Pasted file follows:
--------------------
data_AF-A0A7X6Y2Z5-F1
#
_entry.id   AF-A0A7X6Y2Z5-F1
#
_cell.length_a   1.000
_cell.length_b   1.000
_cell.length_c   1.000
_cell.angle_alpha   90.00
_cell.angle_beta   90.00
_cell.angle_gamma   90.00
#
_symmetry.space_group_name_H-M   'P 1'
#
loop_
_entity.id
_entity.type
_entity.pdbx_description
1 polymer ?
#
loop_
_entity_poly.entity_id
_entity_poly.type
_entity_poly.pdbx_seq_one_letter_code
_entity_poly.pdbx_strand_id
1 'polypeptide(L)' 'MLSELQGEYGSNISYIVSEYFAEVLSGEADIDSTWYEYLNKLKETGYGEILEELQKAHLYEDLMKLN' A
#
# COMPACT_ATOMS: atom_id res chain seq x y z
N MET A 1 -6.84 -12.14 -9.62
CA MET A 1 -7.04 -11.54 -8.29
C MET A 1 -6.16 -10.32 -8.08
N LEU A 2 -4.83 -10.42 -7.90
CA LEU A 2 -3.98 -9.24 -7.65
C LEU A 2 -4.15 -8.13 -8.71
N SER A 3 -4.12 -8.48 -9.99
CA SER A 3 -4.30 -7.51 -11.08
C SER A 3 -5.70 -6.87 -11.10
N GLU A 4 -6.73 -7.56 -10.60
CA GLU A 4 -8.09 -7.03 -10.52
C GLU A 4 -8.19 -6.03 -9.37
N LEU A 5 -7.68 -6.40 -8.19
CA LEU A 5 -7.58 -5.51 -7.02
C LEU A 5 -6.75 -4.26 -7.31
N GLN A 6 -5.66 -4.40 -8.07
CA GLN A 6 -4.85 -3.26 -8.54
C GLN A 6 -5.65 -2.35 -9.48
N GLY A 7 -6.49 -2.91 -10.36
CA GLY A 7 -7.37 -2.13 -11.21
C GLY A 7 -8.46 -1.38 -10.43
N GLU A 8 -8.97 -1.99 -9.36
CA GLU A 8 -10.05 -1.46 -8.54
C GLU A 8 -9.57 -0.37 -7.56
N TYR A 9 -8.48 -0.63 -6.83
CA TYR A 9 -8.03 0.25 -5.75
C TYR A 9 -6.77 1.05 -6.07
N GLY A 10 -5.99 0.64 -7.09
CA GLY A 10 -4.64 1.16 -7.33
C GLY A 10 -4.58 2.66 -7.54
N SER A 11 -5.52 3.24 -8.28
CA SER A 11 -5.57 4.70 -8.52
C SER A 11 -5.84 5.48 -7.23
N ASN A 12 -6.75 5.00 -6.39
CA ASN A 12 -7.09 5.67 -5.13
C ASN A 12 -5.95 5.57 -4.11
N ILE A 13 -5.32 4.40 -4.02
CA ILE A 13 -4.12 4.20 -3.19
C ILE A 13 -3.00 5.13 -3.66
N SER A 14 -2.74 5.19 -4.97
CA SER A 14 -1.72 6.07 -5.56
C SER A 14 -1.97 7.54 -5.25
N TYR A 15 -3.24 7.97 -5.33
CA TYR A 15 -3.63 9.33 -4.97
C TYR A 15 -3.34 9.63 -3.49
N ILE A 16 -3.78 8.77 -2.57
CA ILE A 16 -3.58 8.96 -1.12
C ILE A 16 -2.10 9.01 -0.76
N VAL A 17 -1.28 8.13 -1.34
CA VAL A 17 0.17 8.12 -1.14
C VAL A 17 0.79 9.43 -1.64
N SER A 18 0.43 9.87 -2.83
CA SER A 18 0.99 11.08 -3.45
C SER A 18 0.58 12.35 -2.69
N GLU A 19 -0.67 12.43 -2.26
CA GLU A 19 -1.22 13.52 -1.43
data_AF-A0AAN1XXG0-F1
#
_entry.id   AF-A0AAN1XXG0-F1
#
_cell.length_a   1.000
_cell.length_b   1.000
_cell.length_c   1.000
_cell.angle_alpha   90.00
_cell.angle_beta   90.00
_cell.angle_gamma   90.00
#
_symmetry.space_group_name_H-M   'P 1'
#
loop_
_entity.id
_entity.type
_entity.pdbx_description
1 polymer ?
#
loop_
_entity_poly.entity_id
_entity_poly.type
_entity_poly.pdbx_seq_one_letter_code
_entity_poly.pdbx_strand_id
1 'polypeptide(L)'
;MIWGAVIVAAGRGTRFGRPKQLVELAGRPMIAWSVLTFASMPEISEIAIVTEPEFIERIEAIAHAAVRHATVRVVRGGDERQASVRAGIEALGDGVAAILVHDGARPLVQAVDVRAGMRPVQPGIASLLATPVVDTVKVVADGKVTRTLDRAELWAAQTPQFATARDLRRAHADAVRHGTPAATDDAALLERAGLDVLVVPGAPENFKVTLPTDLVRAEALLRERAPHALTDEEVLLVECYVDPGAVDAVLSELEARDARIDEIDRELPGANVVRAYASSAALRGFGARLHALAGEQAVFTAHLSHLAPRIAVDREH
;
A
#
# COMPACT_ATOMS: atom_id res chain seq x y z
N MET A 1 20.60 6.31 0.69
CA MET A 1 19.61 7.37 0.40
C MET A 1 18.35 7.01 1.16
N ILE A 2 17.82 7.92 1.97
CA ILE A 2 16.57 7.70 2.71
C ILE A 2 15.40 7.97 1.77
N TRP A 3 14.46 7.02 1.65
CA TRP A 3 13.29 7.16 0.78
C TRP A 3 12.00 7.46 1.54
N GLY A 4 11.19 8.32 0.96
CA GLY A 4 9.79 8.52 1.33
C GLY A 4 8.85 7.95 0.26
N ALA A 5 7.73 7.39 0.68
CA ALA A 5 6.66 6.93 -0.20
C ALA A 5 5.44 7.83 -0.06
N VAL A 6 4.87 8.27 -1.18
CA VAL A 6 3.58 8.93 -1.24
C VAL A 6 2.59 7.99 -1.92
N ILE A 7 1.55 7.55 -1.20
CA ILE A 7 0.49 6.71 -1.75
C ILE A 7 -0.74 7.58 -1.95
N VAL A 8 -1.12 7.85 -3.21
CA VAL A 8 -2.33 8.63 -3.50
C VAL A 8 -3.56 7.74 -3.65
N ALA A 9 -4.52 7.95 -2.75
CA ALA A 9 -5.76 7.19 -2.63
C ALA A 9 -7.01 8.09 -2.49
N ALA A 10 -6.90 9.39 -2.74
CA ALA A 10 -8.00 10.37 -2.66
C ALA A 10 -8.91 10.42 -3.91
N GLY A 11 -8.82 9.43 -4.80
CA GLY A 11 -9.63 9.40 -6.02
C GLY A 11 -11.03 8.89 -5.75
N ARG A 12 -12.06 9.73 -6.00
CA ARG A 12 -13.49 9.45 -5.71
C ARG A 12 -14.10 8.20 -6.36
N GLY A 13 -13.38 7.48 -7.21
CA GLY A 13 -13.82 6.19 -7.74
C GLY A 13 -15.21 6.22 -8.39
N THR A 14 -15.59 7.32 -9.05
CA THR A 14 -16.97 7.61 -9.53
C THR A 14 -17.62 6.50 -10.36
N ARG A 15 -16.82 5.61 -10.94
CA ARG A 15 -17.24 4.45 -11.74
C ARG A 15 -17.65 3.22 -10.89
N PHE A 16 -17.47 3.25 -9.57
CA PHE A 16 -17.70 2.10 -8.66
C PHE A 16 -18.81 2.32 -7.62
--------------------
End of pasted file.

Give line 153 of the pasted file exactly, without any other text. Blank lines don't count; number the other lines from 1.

N THR A 14 -15.59 7.32 -9.05